Pubdate: Thu, 12 May 2016
Source: Portland Mercury (OR)
Column: Cannabuzz
Copyright: 2016 The Portland Mercury
Author: Josh Jardine


What Last Week's Investor Pitch Forum Was Like

LET'S PRETEND that you're operating or want to start a cannabis 
business. Maybe you want to grow, make edibles or concentrates, start 
or expand a dispensary, or produce ancillary products like rolling 
papers and vaporizers.

Where do you get the funding? You can't get approved for a standard 
bank account if you're involved in the weed industry. So unless you 
own a scary clown mask and starter pistol, or have a wealthy elderly 
relative with a serious heart condition, your options are limited.

Oregon recently lifted the barrier to non-resident investment in our 
marijuana programs, something that many, including myself, were wary 
about. That concern stemmed from a deep-seated fear that Big 
Canna/Pharma/Tobacco would come in and buy up all our mom 'n' pop 
canna businesses. Making the transition from "chairman of the bud" to 
"chairman of the board" is fraught with both psychological and 
financial hurdles, and the exhausting process of chasing money is one 
of the biggest.

So it was a surprising and surreal two days I spent last week in a 
Marriott Hotel ballroom, at an event produced by the ArcView Group 
called the "Investor Pitch Forum" (AKA the Arc Tank).

ArcView is an Oakland-based firm founded in 2010, and its president 
is cannabis industry pioneer Steve DeAngelo, CEO of Harborside 
Dispensary. Its accredited investor network is 500-plus strong, and 
has invested more than $70 million into 100-plus canna-connected 
companies. Two hundred of its members gathered at the Portland 
Marriott early this month to hear investment pitches from 20-some 
companies that had competed and won highly sought-after spots out of 
a field of hundreds of applicants. A handful of these were 
Oregon-based canna businesses. A limited number of members of the 
press were invited, with the explicit understanding that we wouldn't 
divulge the names of the companies pitching, and we would refrain 
from revealing sensitive financial data shared by the presenters.

The setup was based on the oddly popular Shark Tank show you may have 
accidentally watched during that terrible time when you couldn't find 
the remote. At ArcView's event, a rotating panel of three judges sat 
onstage and listened, along with the audience of investors, as each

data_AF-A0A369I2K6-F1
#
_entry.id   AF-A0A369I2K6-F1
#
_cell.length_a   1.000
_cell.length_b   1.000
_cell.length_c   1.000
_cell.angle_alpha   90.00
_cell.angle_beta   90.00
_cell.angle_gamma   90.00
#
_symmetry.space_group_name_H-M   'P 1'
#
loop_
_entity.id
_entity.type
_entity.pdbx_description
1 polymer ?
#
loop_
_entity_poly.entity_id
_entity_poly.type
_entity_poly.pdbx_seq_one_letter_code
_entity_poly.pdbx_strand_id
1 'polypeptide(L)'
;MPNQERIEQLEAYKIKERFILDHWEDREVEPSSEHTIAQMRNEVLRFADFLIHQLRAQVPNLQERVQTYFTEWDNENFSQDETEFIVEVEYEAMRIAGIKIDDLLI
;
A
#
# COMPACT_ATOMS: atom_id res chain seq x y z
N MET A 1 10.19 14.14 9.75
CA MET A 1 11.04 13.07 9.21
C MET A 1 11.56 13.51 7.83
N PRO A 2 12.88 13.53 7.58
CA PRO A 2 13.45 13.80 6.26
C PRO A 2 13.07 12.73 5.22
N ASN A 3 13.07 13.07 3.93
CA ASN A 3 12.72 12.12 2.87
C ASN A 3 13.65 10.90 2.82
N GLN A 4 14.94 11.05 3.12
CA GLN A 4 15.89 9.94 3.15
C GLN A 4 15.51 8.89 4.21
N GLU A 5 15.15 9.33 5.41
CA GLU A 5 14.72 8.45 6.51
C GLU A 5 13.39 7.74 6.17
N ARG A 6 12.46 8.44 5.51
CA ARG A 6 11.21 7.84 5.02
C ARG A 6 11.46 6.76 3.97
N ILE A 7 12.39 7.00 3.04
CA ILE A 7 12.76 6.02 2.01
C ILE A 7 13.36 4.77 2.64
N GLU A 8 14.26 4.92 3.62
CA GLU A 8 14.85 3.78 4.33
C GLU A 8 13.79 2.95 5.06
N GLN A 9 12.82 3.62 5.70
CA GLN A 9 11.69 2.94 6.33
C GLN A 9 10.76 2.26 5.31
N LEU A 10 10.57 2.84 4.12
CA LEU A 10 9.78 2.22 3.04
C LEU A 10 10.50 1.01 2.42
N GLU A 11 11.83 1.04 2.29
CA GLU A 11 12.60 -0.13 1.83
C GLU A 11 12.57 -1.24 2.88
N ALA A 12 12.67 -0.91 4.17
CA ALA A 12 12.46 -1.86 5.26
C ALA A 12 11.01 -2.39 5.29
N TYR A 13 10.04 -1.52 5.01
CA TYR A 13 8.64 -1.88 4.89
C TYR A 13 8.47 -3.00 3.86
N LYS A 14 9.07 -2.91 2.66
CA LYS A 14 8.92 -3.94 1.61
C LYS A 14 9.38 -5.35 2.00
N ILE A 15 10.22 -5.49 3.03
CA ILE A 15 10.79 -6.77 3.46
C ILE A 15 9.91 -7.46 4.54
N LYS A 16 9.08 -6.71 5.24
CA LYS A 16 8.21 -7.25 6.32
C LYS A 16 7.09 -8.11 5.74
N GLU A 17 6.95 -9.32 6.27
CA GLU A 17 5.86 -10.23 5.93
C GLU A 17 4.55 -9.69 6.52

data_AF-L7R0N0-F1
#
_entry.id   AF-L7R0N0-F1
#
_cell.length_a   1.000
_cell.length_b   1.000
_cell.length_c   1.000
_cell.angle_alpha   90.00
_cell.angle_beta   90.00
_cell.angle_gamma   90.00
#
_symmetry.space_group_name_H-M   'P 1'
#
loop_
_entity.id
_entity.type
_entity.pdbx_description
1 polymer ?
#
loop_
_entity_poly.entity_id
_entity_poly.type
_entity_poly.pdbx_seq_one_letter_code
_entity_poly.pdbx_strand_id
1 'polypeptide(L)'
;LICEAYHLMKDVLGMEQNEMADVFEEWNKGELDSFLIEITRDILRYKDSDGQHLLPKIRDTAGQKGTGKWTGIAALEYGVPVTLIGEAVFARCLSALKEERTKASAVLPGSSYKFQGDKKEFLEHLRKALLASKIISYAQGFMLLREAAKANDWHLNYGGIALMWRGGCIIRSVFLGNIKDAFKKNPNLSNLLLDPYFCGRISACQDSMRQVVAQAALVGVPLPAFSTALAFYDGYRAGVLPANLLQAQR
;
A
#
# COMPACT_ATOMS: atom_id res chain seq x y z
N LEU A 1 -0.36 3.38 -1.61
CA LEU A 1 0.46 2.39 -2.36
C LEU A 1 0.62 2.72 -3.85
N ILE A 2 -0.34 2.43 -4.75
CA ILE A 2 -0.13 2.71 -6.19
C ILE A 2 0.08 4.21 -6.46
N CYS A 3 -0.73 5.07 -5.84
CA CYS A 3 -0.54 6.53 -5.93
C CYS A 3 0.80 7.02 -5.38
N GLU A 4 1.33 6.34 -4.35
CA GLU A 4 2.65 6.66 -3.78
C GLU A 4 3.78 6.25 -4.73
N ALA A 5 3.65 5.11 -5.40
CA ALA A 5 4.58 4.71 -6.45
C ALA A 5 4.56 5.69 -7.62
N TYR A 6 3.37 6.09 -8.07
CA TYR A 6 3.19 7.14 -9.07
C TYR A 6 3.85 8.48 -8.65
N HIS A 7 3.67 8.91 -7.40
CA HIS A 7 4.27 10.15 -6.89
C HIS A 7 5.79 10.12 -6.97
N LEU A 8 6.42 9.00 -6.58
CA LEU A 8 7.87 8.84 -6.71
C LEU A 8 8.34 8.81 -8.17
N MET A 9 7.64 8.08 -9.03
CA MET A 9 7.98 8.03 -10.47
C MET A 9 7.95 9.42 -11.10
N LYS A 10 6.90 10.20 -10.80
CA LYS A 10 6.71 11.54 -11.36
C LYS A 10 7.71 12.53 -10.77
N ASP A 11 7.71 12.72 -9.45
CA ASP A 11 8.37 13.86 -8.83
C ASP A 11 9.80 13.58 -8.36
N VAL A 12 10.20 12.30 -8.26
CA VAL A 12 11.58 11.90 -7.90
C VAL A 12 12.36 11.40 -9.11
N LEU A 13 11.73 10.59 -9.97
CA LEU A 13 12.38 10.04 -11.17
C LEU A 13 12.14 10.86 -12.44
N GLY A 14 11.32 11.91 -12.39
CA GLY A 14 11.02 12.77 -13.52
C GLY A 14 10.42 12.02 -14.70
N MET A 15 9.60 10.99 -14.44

canna company made a 15-minute pitch for their services or products. 
At the conclusion, the judges asked acronym-heavy questions regarding 
IP (intellectual property), ROI (return on investment), and DMSR 
(dance music sex romance). (No, not really, but presenters did enter 
the stage to the music of their choosing, and a couple chose Prince 
tracks. And one to "Eye of the Tiger," so....)

How were the pitches? Fascinating. There were requests for funding 
for traditional companies-for dispensaries/grow ops, grow lighting 
systems, and cannabis packaging. But there were some innovative new 
ideas that made you wish the pitches lasted longer. I would have 
listened to an investment seeker, who looked all of 16, expand upon 
his "Bluetooth Bong" idea for another 20 minutes. (Go ahead and roll 
your eyes, but he is onto something.)

Once completed, the investors in the audience were asked to use an 
app to rate the presenters on a scale of one to five, the results of 
which were projected onto the huge screen onstage-real-time data as 
to how well the pitches were received by the people with the 
checkbooks. With scant exception, the feedback I saw was uniformly positive.

I chatted with some of the attendees at the afterparty, and while I 
sympathize with people who are fearful that the Wolves of Weed Street 
are circling, I only met one egotistical mansplainer with a gold 
Rolex and self-esteem issues. All the other people were cannabis fans 
with money to invest-and by that, I mean people who legitimately 
enjoy cannabis. A dispensary run for extracts was made, and numerous 
investors and those seeking their support stood outside, vaping 
between sessions.

Lesson: Not everything can be crowd-funded, and not everyone with 
money to invest is Gordon Gekko. Innovation is starting to drive the 
cannabis industry. And I want my damn Bluetooth Bong now.
- ---
MAP posted-by: Jay Bergstrom